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Anne Harding Woodworth

As I back the car into the clearing
beside the lake, I drive two deer apart,
an unexpected wedge

between them. Their fear
of the unnatural, the machine in the grass,
and their instinct for survival

force them to spread, two lives
in opposite directions,
into the just unleafed woods.

Each one stops in its color of tree bark
and watches as the black Lab jumps
out of the car, rushes to the lake and waits

for the first ball to be thrown.
But there is paralysis around us. The deer
are like fossils of something extinct

in panic. How will they retrieve each other?
Where is their twinship now,
their concourse, their ambling in step,

the parallel bend of their necks?
I feel them observe our quiet relay,
me, the ball, the dog, the water surface

that takes the shape of a sun-filled V
in the dog’s wake, as if she’s invented a flock
of geese, is leading it south toward winter.

From The Artemis Sonnets, Etc. (Turning Point, 2011).
Used with the author’s permission

Anne Harding Woodworth is the author of two chapbooks and four books of poetry, the most recent being The Artemis Sonnets, Etc., published by Turning Point (2011). Her poems, essays, and reviews are published widely in literary journals and at various sites online. Her poem "Taps" recently won the "Musical Mood Poetry Contest" at the Virginia Arts of the Book Center, where the poem will be made into a broadside. Anne divides her time between a cabin in the mountains of Western North Carolina and Washington, DC, where she is on the Poetry Board of the Folger Shakespeare Library.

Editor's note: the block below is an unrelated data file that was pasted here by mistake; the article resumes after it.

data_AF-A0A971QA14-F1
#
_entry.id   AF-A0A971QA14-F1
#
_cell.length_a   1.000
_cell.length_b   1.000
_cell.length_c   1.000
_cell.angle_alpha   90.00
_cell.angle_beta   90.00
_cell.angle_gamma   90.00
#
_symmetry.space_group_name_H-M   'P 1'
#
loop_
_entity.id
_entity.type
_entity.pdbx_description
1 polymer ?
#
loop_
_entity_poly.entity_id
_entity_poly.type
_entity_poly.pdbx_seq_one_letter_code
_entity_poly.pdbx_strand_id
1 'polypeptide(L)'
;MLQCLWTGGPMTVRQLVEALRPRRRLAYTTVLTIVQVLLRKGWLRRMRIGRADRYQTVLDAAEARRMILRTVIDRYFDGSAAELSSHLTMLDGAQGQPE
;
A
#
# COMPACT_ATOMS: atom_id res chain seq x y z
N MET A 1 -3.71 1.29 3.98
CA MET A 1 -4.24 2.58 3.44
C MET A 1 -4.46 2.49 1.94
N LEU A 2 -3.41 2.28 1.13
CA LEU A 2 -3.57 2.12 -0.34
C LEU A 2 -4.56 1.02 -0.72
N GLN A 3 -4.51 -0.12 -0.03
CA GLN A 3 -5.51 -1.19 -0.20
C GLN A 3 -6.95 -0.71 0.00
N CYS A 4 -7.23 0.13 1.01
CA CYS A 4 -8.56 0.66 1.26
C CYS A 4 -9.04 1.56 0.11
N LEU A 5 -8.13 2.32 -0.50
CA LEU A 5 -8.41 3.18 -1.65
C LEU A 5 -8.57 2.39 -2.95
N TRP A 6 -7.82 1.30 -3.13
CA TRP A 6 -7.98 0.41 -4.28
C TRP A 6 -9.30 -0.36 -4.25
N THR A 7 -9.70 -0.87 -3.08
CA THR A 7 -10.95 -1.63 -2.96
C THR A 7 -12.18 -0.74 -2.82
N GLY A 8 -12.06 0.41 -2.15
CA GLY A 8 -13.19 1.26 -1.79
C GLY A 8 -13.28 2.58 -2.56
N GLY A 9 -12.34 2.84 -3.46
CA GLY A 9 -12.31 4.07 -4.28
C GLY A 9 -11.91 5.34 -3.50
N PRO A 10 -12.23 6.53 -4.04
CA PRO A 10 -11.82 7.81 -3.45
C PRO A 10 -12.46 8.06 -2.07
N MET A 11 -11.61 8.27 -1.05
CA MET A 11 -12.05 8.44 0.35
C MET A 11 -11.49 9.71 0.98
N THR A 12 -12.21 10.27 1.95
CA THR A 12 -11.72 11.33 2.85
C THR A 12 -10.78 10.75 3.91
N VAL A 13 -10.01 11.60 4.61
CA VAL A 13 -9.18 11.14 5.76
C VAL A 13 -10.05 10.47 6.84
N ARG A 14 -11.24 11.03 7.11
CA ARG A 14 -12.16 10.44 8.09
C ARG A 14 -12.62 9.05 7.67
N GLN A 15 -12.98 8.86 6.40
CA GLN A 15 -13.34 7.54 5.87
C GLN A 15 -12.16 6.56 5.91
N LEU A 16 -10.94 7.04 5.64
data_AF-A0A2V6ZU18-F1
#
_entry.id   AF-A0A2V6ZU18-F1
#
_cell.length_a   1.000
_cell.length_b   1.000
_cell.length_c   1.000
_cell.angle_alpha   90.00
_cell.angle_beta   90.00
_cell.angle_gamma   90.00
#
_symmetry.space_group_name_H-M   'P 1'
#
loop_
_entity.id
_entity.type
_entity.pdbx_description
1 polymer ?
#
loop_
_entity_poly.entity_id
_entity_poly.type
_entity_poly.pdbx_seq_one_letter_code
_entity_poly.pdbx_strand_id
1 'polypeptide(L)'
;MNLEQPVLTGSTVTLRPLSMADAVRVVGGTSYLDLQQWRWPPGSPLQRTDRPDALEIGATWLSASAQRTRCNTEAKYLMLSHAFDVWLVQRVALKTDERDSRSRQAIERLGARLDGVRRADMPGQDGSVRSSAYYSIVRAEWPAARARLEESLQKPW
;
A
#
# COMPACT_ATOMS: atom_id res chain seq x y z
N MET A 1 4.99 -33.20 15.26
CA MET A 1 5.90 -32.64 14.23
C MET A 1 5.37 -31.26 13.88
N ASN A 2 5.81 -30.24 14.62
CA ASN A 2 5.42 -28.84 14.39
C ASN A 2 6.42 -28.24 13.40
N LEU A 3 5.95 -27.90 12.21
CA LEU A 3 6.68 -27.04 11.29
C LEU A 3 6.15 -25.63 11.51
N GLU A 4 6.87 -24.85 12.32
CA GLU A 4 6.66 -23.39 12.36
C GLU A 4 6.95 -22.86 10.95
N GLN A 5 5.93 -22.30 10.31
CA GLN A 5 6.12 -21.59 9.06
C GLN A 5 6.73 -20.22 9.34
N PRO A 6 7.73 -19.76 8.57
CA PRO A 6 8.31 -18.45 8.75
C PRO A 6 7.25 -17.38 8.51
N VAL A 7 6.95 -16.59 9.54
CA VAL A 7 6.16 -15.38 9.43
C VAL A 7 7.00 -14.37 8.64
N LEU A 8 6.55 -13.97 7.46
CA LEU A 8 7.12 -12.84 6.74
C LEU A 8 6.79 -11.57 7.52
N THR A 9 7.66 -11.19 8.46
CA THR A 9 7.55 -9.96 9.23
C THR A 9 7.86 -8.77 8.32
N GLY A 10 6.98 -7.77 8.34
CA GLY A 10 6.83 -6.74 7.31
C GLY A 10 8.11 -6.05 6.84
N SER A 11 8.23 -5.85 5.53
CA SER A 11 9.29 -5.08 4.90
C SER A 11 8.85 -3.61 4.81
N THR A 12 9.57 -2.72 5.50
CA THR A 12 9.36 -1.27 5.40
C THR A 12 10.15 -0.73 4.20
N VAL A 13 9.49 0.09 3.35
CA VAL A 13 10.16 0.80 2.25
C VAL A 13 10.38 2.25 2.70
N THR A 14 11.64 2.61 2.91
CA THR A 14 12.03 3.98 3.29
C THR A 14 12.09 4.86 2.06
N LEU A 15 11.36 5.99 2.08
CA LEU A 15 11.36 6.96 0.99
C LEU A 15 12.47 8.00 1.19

Post New Comment:
Anne, what a lovely poem and what a lovely tribute to the dog, whom I've heard is no longer with us. Patricia
Posted 05/01/2012 01:35 PM
Ah. Very nice! I like the way your stanza breaks deepen the feeling of separation between the deer. 3-line stanzas, too, push a reader forward, haltingly. I can feel the discomfort of the deer!
Posted 04/20/2012 12:14 AM
Donna Pflueger:
Anne, so much to love about your poem, so much to think about, your final stanza so alive! It touched all of my senses - especially my mind! This is a poem I always want to remember. Thank you.
Posted 04/18/2012 09:38 PM
Joe Sottile:
I love the word "juxtaposes" in Jayne's intro.
Posted 04/18/2012 05:41 PM
Beautiful: the images, the mood, word choice--everything works together, mingling tension and joy.
Posted 04/18/2012 04:47 PM
Glen Sorestad:
A fine poem, Anne. Your attention to small but important details of the scene is so keen and so understanding. Bravo!
Posted 04/18/2012 01:49 PM
Thank you for opening my day--contemplating your words, seeing the deer --like fossils of something extinct, and the playfulness of the dog, showing the beauty of opposites.
Posted 04/18/2012 10:07 AM
Anne held me from the title. What a powerful word.
Posted 04/18/2012 08:42 AM
Ginny C.:
Beautiful poem. Beautiful in its understanding of the deer’s way of being and the dog’s very different way of being. Lovely contrast and echoes of the human condition: to be pulled apart by the arrival of something strange, awful and unexpected, as the deer are; to have our sympathies pulled in two different directions, as the speaker of the poem is.
Posted 04/18/2012 08:31 AM
Such a moving piece that addresses some very really "human" concern--separation at the hands of fate. And what magical imagery--the simile comparing the dog's wake with a flock of geese leaving. Powerful!
Posted 04/18/2012 08:20 AM

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